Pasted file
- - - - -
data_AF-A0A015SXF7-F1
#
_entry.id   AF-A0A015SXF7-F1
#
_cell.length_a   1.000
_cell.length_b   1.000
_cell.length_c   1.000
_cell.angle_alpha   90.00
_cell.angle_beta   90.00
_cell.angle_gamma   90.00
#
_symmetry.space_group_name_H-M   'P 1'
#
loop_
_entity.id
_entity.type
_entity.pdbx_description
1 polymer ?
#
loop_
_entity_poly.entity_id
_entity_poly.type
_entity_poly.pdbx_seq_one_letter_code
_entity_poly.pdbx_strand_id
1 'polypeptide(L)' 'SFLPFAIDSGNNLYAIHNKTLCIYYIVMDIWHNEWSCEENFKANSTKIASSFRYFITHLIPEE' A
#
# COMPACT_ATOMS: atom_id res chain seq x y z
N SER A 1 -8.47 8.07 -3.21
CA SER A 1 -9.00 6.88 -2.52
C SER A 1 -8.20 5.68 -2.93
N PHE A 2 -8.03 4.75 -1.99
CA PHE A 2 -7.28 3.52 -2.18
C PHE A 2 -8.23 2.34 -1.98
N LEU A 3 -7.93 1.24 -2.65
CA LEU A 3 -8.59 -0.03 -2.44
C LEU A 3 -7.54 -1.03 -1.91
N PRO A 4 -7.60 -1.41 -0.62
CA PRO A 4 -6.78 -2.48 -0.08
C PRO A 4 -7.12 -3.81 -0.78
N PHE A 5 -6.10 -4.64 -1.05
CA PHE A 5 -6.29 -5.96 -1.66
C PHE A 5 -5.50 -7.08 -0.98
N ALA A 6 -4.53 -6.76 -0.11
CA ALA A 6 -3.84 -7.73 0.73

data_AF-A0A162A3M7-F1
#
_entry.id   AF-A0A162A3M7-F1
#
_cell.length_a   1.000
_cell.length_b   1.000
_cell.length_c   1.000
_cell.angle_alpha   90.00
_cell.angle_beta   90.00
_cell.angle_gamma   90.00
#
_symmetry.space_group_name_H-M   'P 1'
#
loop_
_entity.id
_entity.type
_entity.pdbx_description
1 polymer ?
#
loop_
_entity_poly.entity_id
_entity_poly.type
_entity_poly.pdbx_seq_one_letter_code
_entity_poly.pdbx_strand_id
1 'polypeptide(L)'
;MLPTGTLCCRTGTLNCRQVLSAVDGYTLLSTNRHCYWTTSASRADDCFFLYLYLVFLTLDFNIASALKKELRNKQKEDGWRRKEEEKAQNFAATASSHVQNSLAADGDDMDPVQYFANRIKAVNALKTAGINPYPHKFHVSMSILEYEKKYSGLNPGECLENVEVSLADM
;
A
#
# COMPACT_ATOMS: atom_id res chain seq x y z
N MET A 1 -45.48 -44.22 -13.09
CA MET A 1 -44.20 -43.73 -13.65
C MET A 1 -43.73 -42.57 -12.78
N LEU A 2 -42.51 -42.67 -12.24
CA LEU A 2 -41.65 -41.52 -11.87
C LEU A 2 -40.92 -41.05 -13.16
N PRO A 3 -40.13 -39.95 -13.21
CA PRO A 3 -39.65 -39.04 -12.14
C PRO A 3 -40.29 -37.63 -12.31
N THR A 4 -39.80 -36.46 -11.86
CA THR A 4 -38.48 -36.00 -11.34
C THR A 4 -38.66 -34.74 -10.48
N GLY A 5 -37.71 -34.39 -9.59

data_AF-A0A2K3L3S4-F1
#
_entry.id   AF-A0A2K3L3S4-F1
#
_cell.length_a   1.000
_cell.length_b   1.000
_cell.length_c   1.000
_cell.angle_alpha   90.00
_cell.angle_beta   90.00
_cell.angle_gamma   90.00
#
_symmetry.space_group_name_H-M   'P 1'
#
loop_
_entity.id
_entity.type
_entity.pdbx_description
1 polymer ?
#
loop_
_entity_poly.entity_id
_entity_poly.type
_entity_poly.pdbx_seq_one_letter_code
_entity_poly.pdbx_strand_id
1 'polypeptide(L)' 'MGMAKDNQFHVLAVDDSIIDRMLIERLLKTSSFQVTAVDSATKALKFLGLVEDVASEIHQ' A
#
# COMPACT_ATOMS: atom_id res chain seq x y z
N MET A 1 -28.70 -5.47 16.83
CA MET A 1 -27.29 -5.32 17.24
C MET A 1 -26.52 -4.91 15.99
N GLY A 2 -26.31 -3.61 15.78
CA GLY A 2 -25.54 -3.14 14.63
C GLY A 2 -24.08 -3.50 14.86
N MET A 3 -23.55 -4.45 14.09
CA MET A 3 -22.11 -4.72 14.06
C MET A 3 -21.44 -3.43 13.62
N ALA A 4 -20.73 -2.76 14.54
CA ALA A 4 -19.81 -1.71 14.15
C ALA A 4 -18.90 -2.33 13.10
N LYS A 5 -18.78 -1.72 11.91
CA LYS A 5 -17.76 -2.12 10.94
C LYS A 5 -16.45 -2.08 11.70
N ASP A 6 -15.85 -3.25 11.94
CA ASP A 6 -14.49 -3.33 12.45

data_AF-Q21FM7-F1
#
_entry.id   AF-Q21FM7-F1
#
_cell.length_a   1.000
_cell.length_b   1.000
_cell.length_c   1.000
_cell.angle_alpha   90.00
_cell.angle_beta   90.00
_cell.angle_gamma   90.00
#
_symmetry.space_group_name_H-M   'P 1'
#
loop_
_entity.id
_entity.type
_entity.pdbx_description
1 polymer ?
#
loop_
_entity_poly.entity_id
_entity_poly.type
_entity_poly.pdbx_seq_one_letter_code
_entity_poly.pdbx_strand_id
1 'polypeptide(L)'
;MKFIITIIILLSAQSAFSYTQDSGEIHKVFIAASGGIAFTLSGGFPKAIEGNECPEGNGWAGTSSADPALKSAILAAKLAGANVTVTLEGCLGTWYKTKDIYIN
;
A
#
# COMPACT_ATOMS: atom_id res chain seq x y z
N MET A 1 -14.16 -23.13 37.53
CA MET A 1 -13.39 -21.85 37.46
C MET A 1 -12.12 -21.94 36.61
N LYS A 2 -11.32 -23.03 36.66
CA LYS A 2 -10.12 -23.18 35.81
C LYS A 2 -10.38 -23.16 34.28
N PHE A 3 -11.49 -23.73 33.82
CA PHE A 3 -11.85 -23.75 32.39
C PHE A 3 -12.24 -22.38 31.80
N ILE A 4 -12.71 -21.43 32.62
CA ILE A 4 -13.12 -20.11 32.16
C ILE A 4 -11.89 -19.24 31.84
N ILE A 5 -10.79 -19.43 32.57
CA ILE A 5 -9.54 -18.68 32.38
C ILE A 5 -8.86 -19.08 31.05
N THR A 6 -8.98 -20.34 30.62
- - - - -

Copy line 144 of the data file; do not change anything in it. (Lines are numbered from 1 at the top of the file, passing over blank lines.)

#